Released by Lame-O Records, along with a cassette version from Convulse Records, OUTOFBODY walks a sonic line between the two labels. There are the loud, noisy, abrasive tones you’d expect from a record on Convulse, and the rich, textured harmonies of a Lame-O band. That’s because Goodson doesn’t take influence from one scene; instead, he set his sights on entire eras. “I think I just wanted to take the initial concept of the band–which was referencing what big-room rock music was 30 or 40 years ago, but asking, ‘What if you made that at home?’–and push that as far as it could go,” he says. “I think that’s the Dazy sweet spot: trying to make songs that feel big but using means that are a little rougher.” And so, despite the inherently more ambitious nature of making a full-length, Goodson took his usual approach at home, in the spare bedroom, with a couple of small amps and Garageband. After narrowing down the potential tracklist from over 100 songs, he spent countless hours writing, recording, and obsessively tinkering. The songs were then sent to Justin Pizzoferrato (Dinosaur Jr., Wild Pink, The Pixies), with whom he’d been working since the first Dazy release, to be mixed and mastered.
In 12 songs and just over 25 minutes, OUTOFBODY answers the question of what if a Ramones album was a collaboration with Kevin Shields. The songs are short, punchy, and so melodically sweet that it almost makes you wish the band name Sugar wasn’t already taken—though Bob Mould’s interest in alt-rock and drum machines is a pretty good reference point, too. The record incorporates Goodson’s love of punk, college rock, Britpop, and jangle pop to expand upon Dazy’s initial goals: the guitar fuzz is still thick and the drum machines are thumping, but there are also quiet, tender moments. Songs like “Split” and “AWTCMM?” set introspection to bouncy backbeats and buzzsaw guitars, while the softer “Rollercoaster Ride” and “Motionless Parade” serve as dynamic counterpoints with prominent acoustic 12-string and mellotron. Elsewhere “On My Way” and “Ladder” emphasize how key the rhythmic component is to Dazy’s sound. “A lot of my biggest influences come from the ‘80s and ‘90s because bands were throwing rock guitars in with dancy drum beats or keyboards or whatever–just all these different things existing together,” he says. “I love rock music tropes but I also love that they’re more malleable than you might think.”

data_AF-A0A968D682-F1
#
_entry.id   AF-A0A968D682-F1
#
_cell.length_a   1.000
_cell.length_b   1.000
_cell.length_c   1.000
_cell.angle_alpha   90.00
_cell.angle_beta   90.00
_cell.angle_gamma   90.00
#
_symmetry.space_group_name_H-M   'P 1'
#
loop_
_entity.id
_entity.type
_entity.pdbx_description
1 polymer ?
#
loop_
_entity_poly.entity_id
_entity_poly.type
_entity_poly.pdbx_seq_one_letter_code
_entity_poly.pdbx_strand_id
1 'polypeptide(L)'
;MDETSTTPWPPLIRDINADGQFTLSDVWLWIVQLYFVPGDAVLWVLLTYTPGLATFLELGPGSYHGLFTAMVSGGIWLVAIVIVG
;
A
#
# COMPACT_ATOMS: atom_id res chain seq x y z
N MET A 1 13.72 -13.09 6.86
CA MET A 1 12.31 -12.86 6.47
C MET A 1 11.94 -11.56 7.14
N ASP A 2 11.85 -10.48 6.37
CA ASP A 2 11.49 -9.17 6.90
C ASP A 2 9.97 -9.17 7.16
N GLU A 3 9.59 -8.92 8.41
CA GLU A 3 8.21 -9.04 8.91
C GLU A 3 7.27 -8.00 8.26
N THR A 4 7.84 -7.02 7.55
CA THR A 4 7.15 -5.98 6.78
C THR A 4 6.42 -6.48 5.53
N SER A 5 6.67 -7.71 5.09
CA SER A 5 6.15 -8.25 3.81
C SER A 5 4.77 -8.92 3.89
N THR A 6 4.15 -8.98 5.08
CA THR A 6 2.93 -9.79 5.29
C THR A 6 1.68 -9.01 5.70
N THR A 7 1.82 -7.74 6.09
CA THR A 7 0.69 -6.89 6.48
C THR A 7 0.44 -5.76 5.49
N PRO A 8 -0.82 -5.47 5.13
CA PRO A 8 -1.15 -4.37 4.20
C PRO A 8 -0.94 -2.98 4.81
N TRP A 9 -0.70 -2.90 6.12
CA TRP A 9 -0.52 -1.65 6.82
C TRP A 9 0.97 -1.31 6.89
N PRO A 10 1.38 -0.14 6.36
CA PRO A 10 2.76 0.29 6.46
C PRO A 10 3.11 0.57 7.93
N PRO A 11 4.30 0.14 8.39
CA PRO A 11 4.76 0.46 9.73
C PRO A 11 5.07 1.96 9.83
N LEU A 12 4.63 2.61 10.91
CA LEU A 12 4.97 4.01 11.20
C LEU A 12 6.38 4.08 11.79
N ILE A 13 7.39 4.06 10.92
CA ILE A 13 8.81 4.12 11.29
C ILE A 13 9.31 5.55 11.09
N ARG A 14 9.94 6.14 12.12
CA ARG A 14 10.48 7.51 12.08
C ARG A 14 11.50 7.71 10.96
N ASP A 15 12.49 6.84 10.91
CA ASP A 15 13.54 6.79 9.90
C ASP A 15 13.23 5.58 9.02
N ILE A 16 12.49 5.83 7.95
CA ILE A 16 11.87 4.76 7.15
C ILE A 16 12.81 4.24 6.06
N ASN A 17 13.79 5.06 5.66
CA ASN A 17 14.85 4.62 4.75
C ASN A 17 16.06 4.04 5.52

That musical approach bolsters Goodson’s lyrical concerns on OUTOFBODY. “Some of the songs are from years ago, and some were written as I was recording–but I noticed that a lot of them seem to be about feeling pulled in different directions, or this sense of your life becoming more compartmentalized,” Goodson explains. The title track opener lays those themes bare from its very first lines (“Is that my voice leaving my own mouth? / Double check the source, cuz I’ve got reason to doubt”), the uncertainty contrasting with the song’s assuredly cacophonous ending. “I think a lot of times as you get older, you feel pushed towards ‘Who are you? What is your thing?’ when the reality is everybody is so many different things and always changing,” Goodson says. Life’s constant shifts seem to occupy much of OUTOFBODY; the stomping verses of “Deadline’’ give way to dreamy choruses about always feeling pressed for time, while the refrain of “Choose Yr Ramone” (“Time relentless / I’m still senseless”) walks a line between self-awareness and self-deprecation.
By the time OUTOFBODY’s closer “Gone” reaches its end, with mellotron strings, interwoven vocal melodies, and a musical callback to the opener, you get the feeling that Dazy is limitless. The song sounds anthemic but undeniably wistful, while the lyrics caution against the lure of nostalgia, instead embracing life’s cumulative effect: the past that helped shape you, the future you’re hoping for, and the present that you have to grapple with regardless. “I think a lot of life is just feeling unsure or pulled in different directions, but that’s not necessarily a bad thing,” Goodson says. “If you’re lucky, you’ll get to go in as many of those directions as you want.”